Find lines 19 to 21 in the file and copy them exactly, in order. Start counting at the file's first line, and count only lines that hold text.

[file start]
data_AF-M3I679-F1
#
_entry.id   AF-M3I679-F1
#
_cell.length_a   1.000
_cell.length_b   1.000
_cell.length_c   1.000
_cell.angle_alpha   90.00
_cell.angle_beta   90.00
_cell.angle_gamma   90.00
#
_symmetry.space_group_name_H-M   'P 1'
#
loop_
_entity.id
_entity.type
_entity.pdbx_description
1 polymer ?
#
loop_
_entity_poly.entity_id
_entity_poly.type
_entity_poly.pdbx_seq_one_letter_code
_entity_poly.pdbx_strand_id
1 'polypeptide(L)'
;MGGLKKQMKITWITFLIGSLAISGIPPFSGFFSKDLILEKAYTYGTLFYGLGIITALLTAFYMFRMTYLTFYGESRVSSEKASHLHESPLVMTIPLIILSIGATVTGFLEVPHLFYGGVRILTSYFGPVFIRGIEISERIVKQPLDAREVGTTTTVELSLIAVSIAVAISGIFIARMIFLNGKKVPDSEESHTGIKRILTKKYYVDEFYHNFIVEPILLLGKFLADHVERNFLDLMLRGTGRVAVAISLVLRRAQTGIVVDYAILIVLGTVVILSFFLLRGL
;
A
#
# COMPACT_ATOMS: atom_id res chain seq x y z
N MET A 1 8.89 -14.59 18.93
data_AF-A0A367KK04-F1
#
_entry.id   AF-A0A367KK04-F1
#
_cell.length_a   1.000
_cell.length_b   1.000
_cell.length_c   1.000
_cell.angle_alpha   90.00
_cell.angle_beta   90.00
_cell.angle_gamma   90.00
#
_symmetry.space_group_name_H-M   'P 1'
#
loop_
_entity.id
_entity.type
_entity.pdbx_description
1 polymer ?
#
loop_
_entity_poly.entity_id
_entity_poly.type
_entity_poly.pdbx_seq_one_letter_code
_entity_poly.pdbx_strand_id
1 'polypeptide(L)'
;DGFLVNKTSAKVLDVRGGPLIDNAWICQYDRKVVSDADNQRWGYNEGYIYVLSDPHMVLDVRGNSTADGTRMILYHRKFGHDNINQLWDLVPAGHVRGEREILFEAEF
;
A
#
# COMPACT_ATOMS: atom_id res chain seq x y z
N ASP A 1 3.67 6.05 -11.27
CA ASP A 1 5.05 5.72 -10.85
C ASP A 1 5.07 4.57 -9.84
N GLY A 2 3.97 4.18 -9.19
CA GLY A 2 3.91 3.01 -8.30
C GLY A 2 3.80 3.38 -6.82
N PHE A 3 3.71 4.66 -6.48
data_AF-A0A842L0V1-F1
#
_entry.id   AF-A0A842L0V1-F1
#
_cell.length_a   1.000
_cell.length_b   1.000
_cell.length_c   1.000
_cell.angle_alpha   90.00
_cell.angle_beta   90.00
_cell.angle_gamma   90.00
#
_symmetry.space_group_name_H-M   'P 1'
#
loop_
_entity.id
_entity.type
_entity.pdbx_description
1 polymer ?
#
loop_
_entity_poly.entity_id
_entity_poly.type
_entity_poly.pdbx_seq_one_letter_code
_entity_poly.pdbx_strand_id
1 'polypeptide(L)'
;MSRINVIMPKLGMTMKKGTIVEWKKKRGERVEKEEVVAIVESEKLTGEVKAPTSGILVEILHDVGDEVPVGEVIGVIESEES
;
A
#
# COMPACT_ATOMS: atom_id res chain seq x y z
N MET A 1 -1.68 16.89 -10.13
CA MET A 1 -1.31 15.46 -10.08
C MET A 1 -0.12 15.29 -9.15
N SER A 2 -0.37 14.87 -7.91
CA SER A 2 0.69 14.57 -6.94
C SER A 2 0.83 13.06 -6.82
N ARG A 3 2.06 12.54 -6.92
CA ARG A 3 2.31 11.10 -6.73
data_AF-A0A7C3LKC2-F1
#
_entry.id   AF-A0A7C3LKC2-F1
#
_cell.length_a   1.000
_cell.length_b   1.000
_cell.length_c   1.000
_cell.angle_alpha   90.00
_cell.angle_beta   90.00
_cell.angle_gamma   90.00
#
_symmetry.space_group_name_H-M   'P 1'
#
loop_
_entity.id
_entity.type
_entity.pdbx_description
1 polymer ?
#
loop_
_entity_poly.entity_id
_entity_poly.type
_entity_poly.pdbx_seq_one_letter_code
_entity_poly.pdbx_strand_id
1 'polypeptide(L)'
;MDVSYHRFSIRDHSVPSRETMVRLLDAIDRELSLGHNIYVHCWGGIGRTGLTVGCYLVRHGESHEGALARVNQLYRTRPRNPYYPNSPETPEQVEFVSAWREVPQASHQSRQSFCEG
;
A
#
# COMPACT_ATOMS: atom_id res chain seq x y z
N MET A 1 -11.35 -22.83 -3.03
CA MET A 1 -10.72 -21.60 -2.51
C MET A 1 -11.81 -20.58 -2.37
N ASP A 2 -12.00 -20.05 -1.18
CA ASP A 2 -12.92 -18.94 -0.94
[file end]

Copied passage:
#
loop_
_entity_poly.entity_id